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Beginner Ruby question. What is the simplest way to change this code, but leaving the block completely intact, that eliminates the side effect?

$ irb
irb(main):001:0> x = lambda {|v| x=2
irb(main):002:1> v}
=> #<Proc:0x8f586f8@(irb):1>
irb(main):003:0> x.call(3)
=> 3
irb(main):004:0> x
=> 2

This is the simplest example I could contrive to illustrate my issue, so "remove the assignment" or "don't assign the Proc to x" is not what I'm looking for.

I want to set local variables in a Proc (or lambda) that can be assigned without affecting the original enclosing scope. I could dynamically create a class or module to wrap the block, but that seems overkill for such a basic thing.

Equivalent Python to what I'm trying to do:

def x(v):
  x = 2  # this is a local variable, what a concept
  return v
share|improve this question
    
Have you tried not using the same name of the external variable? –  Maurício Linhares May 22 '13 at 19:01
    
x is a closure variable if declared in the external scope. Do you have a condition that precludes renaming one of these variables, such as to _x? You're trying to disable a fundamental expectation in the Ruby language otherwise. –  tadman May 22 '13 at 19:02
    
Clearly it is possible to have local variables, in methods. Is that the only language construct that creates a new lexical scope in the VM? If so, it seems that Proc and lambda are cheap in that they cannot be used to do proper functional programming. –  wberry May 22 '13 at 19:05

2 Answers 2

up vote 12 down vote accepted

Sometimes it is the desired behavior:

total = 0
(1..10).each{|x| total += x}
puts total

But sometimes it's accidental and you don't want to mess with an outside variable which happens to have the same name. In that case, follow the list of parameters with a semicolon and a list of the block-local variables:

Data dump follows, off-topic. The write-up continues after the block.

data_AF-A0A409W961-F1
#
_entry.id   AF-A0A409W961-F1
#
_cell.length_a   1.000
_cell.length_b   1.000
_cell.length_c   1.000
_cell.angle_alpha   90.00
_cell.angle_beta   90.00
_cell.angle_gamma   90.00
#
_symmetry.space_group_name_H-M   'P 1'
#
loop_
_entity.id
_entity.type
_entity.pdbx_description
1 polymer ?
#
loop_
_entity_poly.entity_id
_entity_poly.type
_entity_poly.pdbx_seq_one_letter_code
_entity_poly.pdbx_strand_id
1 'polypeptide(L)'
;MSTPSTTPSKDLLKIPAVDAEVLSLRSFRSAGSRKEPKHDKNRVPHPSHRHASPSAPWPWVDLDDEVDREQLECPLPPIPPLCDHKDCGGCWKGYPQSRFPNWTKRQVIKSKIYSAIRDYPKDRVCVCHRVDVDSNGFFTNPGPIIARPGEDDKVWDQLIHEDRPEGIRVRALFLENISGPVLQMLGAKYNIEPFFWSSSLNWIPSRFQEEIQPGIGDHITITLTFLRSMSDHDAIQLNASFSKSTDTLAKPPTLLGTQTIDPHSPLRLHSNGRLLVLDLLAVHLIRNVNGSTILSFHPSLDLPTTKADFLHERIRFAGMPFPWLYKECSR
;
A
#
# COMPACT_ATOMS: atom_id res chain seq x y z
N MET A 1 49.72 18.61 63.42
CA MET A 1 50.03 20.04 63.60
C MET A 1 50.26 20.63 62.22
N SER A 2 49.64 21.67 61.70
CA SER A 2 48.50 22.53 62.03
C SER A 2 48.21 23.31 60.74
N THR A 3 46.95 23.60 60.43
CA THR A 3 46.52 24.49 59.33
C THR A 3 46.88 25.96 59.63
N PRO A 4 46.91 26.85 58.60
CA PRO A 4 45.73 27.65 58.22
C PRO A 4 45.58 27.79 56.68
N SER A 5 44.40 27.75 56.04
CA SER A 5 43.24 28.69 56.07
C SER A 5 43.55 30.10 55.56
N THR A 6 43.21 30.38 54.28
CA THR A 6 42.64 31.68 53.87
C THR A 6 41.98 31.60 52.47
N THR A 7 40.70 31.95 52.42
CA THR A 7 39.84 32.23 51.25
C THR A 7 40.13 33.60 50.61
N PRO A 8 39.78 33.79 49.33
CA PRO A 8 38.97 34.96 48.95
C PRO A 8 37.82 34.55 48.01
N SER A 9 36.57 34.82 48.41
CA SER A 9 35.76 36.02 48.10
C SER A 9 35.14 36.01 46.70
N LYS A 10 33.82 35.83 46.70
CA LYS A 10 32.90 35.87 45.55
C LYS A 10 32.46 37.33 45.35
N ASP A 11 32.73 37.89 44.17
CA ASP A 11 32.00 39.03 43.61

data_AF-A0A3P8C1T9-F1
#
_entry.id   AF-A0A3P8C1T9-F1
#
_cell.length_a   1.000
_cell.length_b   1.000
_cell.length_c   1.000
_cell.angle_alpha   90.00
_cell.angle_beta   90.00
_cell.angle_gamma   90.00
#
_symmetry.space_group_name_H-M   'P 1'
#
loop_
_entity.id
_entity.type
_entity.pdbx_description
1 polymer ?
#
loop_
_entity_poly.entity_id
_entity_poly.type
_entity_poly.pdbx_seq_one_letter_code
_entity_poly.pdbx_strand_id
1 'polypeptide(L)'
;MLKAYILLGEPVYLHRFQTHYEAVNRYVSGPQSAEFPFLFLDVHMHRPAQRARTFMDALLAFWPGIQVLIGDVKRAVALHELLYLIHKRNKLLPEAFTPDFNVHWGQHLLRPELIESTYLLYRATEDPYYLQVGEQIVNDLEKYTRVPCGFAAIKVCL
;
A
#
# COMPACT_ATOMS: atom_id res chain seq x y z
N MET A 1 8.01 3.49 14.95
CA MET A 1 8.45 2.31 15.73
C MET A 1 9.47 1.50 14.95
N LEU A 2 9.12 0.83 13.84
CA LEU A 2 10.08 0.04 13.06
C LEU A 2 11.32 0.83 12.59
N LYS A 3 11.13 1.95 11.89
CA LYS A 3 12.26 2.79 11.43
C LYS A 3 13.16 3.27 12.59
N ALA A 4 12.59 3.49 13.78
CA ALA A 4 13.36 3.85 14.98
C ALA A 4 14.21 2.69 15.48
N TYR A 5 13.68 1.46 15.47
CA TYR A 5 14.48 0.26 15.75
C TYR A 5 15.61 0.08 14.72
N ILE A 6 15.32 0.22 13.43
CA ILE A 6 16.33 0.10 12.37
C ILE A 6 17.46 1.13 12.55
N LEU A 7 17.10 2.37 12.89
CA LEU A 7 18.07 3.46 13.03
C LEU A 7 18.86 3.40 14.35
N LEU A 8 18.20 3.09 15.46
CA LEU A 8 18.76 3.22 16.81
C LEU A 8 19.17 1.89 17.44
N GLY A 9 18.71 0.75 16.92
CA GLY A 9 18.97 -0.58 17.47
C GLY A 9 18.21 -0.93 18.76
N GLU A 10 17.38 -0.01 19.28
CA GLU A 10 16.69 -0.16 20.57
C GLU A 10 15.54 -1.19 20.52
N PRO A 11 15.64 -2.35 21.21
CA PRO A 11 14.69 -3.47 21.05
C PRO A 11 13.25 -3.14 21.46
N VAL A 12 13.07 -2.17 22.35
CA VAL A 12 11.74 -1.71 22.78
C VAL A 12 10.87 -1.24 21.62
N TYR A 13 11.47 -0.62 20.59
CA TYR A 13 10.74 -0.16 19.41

x = lambda{|v; x| x = 2; v}
p x.call(3) #3
p x #<Proc:0x83f7570@test1.rb:2 (lambda)>
share|improve this answer
1  
Good call on defining a local variable in the argument list! This should accomplish exactly what the OP wants without necessarily having to free it from the binding. –  Chris Heald May 22 '13 at 20:13
2  
Holy crap. I learn something new every day - didn't know you could "declare" local variables in the argument list with a semicolon like this o.O –  nzifnab May 22 '13 at 20:17
    
I'm getting a syntax error, why? pastebin.no/z3415 –  Dog May 23 '13 at 15:35
1  
@Dog You are probably running Ruby 1.8.7 - it does run on 1.9.3. –  steenslag May 23 '13 at 16:06
    
Verified on Ruby 1.9.3. Thanks for the lesson! –  wberry May 23 '13 at 20:45

The reason for this is that the lambda is bound to its defining scope (NOT its calling scope), and is a full closure, which, among other things, includes the local variable x. What you really want here is an unbound proc to pass around and call without any particular binding. This isn't something that Ruby does very easily at all, by design (it's possible with eval, but that's less of a block and more just of a string statement). Procs, lambdas, and blocks are all bound to their defining scope. Lexical scope is only established on classes, modules, and methods; not on blocks/procs/lambdas/anything else.

It's worth noting that Python doesn't even permit assignment in lambdas in the first place.

share|improve this answer
    
The eval possibility is intriguing. But would that just bind variables to the scope of whatever did the eval? I guess that would basically amount to a performance penalty. –  wberry May 22 '13 at 19:48
    
Yeah, Python's lambda is unfortunately weakened by the fact that it reifies a single expression, which is what prevents assignment (and while loops and other statements) from being done in them. It's a syntactic reason. –  wberry May 22 '13 at 19:49
    
Correct. Everything executed in Ruby is bound to some containing scope, even if that scope is empty. –  Chris Heald May 22 '13 at 19:50

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